Africa is no stranger to endemic levels of health problems. This, coupled with child neglect, poverty, harmful cultural practices, malnutrition and desensitization, makes it particularly difficult to achieve a continental standard of child development.
While many parts of Africa have achieved extraordinary results in their child development programs, the majority of the continent, especially rural residents, have struggled to provide the amenities needed for healthy child growth. child.
It goes even further, as some parts of the continent have recorded very alarming infant mortality rates. Children, when deprived of their rights, are more susceptible to trauma and this trauma could take its toll.
The World Health Organization (WHO) via its database has identified the countries with the highest infant mortality rate. Using the metric IMR per 1000 live births, i.e. infant mortality rate (infants 1 year and under), and NMR per 1000 births, i.e. neonatal mortality rate (babies 28 days and younger), WHO conducts annual research to identify countries with the fewest and most infant deaths.
With the exception of Afghanistan, most of the countries on this list are African. Below is a list of African countries with the highest infant mortality.
Central African Republic: At number 1 is the Central African Republic, with an IMR and NMR of 77.5 and 38.8 respectively. Conflict and poverty make it difficult to deliver and care for infants properly, hence the disturbing figures above.
Somalia: The IMR and NMR in Somalia are both at 72.7 and 36.8 respectively. According to UNICEF, the high mortality rate in the country is due to prematurity, asphyxia, complications during childbirth, pneumonia, diarrhoea, measles and neonatal disorders.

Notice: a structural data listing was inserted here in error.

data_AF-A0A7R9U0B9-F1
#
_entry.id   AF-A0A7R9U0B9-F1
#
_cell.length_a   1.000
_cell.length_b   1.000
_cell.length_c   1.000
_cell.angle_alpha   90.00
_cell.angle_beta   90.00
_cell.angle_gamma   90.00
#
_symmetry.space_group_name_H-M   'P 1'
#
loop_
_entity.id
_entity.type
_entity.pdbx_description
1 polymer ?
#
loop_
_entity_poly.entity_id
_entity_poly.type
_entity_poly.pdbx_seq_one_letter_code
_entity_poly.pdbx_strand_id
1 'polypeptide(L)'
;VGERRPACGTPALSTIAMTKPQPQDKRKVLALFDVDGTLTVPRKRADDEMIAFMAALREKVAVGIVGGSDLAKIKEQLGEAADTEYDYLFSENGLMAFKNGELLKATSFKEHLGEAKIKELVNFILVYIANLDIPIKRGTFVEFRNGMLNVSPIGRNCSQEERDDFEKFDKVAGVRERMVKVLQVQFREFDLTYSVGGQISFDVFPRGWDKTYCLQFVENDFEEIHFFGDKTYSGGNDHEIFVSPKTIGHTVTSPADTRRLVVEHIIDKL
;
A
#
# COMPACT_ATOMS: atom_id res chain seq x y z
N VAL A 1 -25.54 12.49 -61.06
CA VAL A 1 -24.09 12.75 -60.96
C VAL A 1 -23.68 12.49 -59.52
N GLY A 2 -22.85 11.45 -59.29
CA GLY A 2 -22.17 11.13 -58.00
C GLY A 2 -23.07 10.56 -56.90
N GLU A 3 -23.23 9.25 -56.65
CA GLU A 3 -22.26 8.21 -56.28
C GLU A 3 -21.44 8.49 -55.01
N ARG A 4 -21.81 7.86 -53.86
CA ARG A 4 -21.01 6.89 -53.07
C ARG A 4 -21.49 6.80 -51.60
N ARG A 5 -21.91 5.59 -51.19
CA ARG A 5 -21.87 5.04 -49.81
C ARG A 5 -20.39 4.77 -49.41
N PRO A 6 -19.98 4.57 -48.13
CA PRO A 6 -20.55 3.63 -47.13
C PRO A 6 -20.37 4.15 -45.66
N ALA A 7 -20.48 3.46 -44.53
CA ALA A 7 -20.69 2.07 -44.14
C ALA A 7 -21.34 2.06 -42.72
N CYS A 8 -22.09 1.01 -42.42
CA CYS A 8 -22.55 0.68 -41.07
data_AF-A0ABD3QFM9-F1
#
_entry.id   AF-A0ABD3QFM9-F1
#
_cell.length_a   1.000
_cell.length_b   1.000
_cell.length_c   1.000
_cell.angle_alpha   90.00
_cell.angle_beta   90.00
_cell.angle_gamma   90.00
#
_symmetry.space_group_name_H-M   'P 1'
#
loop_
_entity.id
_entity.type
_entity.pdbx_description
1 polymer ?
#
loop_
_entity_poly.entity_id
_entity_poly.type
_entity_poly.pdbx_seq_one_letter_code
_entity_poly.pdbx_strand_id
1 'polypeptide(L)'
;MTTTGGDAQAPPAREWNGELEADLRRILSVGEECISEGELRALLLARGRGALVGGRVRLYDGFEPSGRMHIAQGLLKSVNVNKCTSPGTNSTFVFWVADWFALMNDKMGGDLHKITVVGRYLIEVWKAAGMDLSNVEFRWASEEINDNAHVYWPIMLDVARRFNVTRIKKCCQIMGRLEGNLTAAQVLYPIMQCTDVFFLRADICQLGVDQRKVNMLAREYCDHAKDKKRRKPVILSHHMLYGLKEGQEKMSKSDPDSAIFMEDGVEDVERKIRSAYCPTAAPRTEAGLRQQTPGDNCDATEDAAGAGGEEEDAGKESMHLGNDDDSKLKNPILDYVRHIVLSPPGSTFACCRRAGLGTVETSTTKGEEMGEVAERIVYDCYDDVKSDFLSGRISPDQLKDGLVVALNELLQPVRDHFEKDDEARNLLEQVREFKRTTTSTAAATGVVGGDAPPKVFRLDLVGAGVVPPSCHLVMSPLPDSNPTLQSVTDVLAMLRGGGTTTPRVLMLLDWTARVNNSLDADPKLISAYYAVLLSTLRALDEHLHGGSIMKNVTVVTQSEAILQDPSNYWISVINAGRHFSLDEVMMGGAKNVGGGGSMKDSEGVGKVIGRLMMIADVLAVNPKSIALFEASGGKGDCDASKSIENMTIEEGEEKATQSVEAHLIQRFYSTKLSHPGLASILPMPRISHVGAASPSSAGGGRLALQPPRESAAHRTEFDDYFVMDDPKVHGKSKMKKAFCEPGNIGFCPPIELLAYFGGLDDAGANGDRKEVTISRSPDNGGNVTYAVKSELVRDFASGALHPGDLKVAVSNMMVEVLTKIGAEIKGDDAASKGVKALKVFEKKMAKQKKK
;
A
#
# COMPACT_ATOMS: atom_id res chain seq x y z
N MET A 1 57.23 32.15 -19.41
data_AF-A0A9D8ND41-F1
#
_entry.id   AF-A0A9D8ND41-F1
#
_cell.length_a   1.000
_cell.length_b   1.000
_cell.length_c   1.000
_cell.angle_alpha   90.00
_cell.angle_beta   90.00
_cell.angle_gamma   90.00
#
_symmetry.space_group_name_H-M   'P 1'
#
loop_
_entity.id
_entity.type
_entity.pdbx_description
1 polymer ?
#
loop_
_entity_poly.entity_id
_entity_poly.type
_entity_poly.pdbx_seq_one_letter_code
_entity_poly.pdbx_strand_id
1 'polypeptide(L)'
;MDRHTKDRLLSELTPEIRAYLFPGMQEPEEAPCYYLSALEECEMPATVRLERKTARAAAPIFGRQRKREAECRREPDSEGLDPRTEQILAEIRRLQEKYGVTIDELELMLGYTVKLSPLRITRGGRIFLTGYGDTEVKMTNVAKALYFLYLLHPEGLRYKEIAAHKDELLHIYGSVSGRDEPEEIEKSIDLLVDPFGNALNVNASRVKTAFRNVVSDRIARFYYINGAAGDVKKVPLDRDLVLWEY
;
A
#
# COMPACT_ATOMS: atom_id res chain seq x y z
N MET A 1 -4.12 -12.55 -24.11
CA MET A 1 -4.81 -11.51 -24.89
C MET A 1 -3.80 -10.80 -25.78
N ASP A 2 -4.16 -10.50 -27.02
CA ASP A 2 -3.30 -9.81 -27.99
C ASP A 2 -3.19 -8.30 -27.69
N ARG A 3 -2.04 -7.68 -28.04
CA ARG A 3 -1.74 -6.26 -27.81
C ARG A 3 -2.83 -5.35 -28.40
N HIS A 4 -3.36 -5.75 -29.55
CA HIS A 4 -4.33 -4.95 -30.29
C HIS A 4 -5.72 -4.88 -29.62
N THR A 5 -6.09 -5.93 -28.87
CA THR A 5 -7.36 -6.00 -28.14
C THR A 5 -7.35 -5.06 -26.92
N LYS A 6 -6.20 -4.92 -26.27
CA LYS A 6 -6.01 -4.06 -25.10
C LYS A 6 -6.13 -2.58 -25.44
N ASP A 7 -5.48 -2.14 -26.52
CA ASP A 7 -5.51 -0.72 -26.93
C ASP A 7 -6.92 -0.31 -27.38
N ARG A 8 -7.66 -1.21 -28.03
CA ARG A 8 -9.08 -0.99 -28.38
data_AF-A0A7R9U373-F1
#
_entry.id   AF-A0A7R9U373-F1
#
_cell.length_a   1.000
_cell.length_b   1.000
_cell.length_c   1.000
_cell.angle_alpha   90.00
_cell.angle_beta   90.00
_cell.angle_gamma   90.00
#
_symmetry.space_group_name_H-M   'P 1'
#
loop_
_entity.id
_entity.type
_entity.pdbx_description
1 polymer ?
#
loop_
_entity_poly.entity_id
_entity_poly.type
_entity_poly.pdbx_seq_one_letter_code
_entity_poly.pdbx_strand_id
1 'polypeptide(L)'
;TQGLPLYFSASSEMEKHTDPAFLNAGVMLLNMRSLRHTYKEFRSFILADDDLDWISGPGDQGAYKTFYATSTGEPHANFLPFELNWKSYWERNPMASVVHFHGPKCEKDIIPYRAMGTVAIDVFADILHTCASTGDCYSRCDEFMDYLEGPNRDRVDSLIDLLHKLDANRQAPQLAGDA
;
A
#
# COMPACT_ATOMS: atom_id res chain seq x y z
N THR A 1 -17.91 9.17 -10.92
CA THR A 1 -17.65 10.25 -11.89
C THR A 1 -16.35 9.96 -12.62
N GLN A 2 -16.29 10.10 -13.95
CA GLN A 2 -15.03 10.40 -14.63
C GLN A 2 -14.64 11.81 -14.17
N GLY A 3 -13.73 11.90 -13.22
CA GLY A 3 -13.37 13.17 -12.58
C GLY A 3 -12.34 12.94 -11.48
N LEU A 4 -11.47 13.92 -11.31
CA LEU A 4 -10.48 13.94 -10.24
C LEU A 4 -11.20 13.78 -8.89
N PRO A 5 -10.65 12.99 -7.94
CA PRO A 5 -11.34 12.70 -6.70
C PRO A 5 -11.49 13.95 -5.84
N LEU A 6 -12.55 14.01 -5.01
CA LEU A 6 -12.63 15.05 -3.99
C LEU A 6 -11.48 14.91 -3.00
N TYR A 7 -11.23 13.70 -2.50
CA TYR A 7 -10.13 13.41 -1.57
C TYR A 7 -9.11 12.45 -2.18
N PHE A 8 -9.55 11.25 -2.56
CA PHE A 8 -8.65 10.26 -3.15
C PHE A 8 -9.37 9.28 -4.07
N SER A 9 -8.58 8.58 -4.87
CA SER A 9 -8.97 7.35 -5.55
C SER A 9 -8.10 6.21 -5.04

Nigeria: Africa’s giant and the continent’s most populous nation has the third highest infant mortality rate on the continent. It has an IMR of 72.2 and an NMR of 35.4. This is due to poverty, conflict and insufficient access to basic amenities.
Lesotho: At number 4 is this small mountainous country in the heart of southern Africa. The country has an IMR of 69.8 and an NMR of 44.2. A research report suggests that wealth index, lack of basic amenities and age of mothers have contributed to this problem.
Chad: Next on the list is a West African country that shares a border with entry number 3 on this list. Chad has an IMR of 67.4 and an NMR of 32.8. This is due to disease and malnutrition due to limited access to health services.
Democratic Republic of Congo: The DRC is no stranger to health complications, and due to preventable or treatable illnesses ravaging a number of infants in the country, the country’s IMR is 63.8 and its NMR is 26.8.
South Sudan: For some time, this country has fostered some of the least conducive environments for child development. Her IMR is 63.3 and her NMR is 40.2. According to UNICEF, this is the result of limited access to health services and a limited number of health workers.
Guinea: This West African country has an IMR of 70.0 and an NMR of 30.0. This is because the families affected are at the bottom of the socio-economic scale. They are unable to cover the costs of childbirth.
Liberia: Ninth place on this list unfortunately goes to Liberia which has an IMR of 58.1 and an NMR of 30.6. Easily preventable diseases such as malaria, pneumonia, diarrhea and measles all contribute to these deaths.
Equatorial Guinea: The former Portuguese section of the Guineas trails its French counterpart on this list by two lengths. The country has an IMR of 58.2 and an NMR of 28.6. inadequate sanitation and unsanitary conditions are the main reasons for the high infant mortality rate in the region.